When you apply for student loans you usually are just starting your journey to financial independence. As you begin that journey, you usually have very little debt, credit, or income. These issues are normal during your student years, but they don’t lend to the best loan rates you can get. As you grow in your ability to be financially savvy, you will develop an increase in your credit score. This increase in score will provide you with better rates.
It may seem like a cosmic joke that as you make consistent payments on your student loans and increase your credit score, you are more eligible for loans at a lower rate. While it can be hard to swallow, all that hard work can actually help you pay off your current loans at a lower rate.
What is Refinancing?
Refinancing is using your increased credit score to get lower rates for the loan you are currently paying on. Refinancing is basically a transfer of your loan amount to a new loan under new terms. This is essentially taking out a new loan to pay off an old one. This is a great idea if you have significantly improved your credit score and are now eligible for better interest rates.
This is also a great step if you find yourself with multiple student loans all requiring their own monthly payment and charging interest on both. Consolidating your loans is a great way to make one easy payment each month. This will eliminate separate interest rates.
Refinancing should be done when the interest rates are generally lower than they were when the loan was taken out. Being able to predict the rise and fall of interest rates isn’t possible, but there are some things to look for when deciding if it is the right time to refinance. If you want to know more about the rise and fall of interest rates check out Investopedia.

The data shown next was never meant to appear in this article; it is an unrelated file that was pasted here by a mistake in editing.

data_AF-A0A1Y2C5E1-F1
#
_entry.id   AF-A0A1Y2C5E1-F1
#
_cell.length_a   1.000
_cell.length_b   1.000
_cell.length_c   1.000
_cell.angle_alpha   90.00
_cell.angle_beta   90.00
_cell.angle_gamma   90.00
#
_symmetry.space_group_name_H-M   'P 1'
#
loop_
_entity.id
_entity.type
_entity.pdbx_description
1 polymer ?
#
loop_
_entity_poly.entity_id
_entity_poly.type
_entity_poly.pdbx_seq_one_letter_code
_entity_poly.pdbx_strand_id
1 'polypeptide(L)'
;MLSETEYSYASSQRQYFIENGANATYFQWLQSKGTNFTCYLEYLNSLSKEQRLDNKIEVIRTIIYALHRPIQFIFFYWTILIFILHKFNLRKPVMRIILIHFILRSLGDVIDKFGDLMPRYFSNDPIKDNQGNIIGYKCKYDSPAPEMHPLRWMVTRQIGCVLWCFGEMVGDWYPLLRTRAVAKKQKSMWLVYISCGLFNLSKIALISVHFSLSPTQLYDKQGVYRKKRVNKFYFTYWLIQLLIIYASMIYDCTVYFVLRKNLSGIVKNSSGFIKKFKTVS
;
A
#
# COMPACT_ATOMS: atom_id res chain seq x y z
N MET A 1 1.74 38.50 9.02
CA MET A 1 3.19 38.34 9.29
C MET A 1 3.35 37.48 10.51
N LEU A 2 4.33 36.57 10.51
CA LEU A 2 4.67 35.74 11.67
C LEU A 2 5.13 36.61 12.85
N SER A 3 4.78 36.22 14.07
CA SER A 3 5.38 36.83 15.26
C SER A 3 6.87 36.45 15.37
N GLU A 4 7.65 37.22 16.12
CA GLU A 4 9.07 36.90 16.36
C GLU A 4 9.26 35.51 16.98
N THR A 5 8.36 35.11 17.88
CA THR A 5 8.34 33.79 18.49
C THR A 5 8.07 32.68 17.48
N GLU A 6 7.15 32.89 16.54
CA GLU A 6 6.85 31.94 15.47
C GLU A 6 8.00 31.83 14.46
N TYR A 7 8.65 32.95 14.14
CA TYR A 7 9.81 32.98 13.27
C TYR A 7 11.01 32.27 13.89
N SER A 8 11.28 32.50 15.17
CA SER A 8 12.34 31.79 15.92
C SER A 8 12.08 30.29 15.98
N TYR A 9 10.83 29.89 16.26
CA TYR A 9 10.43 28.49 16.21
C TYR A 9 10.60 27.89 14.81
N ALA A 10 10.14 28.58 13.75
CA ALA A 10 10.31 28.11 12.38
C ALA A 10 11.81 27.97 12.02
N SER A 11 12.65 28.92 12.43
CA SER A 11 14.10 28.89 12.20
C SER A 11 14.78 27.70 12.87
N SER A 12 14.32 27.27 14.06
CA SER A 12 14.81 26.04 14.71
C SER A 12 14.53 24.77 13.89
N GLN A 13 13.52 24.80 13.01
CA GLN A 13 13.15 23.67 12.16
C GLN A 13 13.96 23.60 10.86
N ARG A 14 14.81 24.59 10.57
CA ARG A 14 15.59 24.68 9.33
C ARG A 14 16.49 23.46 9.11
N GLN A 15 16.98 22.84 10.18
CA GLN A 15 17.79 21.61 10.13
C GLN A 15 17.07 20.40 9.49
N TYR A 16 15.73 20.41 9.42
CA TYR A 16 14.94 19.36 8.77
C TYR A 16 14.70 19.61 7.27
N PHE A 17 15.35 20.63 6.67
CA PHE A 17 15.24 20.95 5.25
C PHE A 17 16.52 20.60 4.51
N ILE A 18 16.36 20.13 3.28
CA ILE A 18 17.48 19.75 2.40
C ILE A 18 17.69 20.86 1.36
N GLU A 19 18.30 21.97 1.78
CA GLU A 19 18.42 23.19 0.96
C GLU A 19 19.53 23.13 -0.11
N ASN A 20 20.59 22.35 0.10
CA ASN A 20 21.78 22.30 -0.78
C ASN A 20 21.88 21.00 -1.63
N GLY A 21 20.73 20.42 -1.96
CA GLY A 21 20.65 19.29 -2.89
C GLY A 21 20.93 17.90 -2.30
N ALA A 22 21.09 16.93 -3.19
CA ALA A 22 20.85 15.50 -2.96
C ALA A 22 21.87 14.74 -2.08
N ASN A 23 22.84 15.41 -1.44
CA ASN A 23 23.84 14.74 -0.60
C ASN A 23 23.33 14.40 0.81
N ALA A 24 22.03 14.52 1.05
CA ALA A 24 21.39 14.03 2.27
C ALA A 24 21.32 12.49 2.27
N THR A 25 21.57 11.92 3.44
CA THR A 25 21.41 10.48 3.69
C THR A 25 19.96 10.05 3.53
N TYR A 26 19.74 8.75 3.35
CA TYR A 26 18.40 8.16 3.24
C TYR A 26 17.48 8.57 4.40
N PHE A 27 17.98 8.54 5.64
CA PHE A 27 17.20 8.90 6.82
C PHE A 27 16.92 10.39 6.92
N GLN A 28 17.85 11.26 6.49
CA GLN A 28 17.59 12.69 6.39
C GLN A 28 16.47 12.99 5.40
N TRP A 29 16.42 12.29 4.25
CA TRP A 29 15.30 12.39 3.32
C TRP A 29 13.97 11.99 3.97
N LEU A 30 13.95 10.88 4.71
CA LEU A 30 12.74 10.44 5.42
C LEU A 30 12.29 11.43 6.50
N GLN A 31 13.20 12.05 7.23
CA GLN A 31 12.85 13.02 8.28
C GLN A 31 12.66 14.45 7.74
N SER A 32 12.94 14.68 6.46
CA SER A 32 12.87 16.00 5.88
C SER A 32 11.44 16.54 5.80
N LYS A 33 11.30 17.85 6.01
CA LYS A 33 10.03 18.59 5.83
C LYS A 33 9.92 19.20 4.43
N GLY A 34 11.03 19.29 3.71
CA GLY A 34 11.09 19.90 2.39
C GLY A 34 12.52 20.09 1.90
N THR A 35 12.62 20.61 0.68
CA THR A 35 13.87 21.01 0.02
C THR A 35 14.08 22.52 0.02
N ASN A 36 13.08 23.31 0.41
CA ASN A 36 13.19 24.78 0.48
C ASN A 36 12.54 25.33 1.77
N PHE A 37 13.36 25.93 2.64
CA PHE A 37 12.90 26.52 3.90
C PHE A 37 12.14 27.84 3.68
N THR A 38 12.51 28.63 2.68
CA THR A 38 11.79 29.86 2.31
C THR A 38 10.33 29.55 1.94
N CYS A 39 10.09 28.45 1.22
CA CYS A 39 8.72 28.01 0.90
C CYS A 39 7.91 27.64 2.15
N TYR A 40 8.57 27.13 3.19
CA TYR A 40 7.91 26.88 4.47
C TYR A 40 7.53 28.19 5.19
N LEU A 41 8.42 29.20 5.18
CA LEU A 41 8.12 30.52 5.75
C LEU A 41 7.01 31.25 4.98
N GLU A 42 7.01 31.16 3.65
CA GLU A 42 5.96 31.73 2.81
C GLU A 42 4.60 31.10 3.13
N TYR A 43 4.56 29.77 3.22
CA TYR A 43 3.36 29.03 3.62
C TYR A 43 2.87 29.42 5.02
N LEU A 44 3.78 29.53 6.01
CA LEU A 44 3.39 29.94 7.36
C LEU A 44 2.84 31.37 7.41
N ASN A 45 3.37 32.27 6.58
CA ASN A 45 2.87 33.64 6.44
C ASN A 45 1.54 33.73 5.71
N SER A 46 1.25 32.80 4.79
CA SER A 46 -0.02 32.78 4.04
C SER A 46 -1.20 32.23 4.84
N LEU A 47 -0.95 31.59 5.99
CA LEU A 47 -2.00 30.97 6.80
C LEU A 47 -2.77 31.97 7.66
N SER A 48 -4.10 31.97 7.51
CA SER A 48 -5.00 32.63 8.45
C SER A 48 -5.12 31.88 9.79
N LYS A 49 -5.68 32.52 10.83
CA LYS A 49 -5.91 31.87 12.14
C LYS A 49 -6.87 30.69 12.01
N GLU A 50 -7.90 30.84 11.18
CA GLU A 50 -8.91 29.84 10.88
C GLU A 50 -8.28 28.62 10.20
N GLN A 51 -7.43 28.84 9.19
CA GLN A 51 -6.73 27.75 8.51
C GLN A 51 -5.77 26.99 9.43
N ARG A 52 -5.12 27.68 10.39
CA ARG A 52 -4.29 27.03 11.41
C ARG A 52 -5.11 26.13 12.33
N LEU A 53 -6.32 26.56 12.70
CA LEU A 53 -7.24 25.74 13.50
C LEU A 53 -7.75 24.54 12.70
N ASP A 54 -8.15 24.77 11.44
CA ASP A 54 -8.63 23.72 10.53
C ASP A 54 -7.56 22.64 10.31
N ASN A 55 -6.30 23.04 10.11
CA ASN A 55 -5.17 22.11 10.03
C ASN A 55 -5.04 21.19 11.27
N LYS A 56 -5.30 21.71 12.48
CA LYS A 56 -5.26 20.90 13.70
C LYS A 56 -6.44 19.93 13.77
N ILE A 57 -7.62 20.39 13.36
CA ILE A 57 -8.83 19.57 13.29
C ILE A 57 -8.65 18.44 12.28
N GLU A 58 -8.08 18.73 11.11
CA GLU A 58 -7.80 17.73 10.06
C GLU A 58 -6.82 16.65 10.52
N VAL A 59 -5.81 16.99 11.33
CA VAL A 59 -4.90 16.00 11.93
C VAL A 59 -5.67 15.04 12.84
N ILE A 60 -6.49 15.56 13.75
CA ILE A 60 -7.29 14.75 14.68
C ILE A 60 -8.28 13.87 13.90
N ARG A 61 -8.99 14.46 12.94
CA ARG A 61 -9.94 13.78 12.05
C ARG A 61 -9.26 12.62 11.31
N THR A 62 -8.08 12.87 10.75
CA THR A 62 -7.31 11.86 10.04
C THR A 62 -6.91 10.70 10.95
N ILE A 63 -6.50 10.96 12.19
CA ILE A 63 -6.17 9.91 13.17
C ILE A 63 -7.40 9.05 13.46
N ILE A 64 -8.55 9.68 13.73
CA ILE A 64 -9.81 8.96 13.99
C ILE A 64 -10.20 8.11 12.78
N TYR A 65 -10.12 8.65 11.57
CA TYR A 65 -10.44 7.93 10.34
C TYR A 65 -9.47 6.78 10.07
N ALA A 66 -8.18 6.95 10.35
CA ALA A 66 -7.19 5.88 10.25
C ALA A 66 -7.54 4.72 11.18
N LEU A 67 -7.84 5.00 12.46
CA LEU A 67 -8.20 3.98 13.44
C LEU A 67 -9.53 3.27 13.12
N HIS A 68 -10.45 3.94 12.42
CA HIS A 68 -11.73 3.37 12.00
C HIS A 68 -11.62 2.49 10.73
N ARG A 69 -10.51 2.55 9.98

When to Refinance?
Refinancing is a good option right now. After two years of national deferment on all federal loan payments and interest, the payments will resume in August of 2022. While it is possible that the federal student payments will be deferred longer, it is more likely that interest and payments will start up. It is a good time to refinance when you have improved your credit score enough to make a dent in your interest payments.
If your credit score ranges from 300-669, your credit is considered bad to fair, and refinancing would most likely hurt more than help. If your credit score is between 670-739 your credit score is considered good. If your score is good, it isn’t a bad idea to look at refinancing options. Anything above 740 is considered very good and refinancing would probably improve your loan terms.
Pros of Refinancing
Reducing the interest rates of your current loan is the main pro for refinancing. However, there are a lot of good reasons to refinance your student loan that aren’t just lower interest rates. Because you will be paying less each month, you could potentially pay off your loan sooner. When you refinance, you could choose a shorter loan duration to pay off sooner. If you choose a shorter loan length, your monthly payments will probably increase so make sure you can afford higher payments in your budget.
By refinancing and consolidating your loan you can simplify your loan payments into one monthly payment. This will save you time and money on your payments. If you got a cosigner to help you get your first loan, you can use your newfound credit prowess to relieve the cosigner of their duties. This will help you remain more independent in your finances.
Cons of Refinancing
When you refinance, it is possible to lose any student loan forgiveness you might be able to qualify for. If you refinance with a private loan they don’t offer the same repayment and deferment options. Private lenders are not as forgiving and relaxed with their repayment plans. This means once you refinance, you will typically be held to the terms of the loans without any chances for deferment or forgiveness, whereas with federal loans you have some flexibility with payment options.
Deciding if it is time to refinance your loans can be overwhelming. If you feel like you need more time to raise your credit score before you refinance, check out this article. If you are looking to raise your score, it helps to keep making your full payments on time each month. Making consistent payments each month will ensure that your credit score continues to increase. When your credit score has increased to above 700, refinancing might be the right move for you financially. Comparing all your refinancing options will help you choose the loan that fits in your budget and can ease some of the financial burden of your student loans.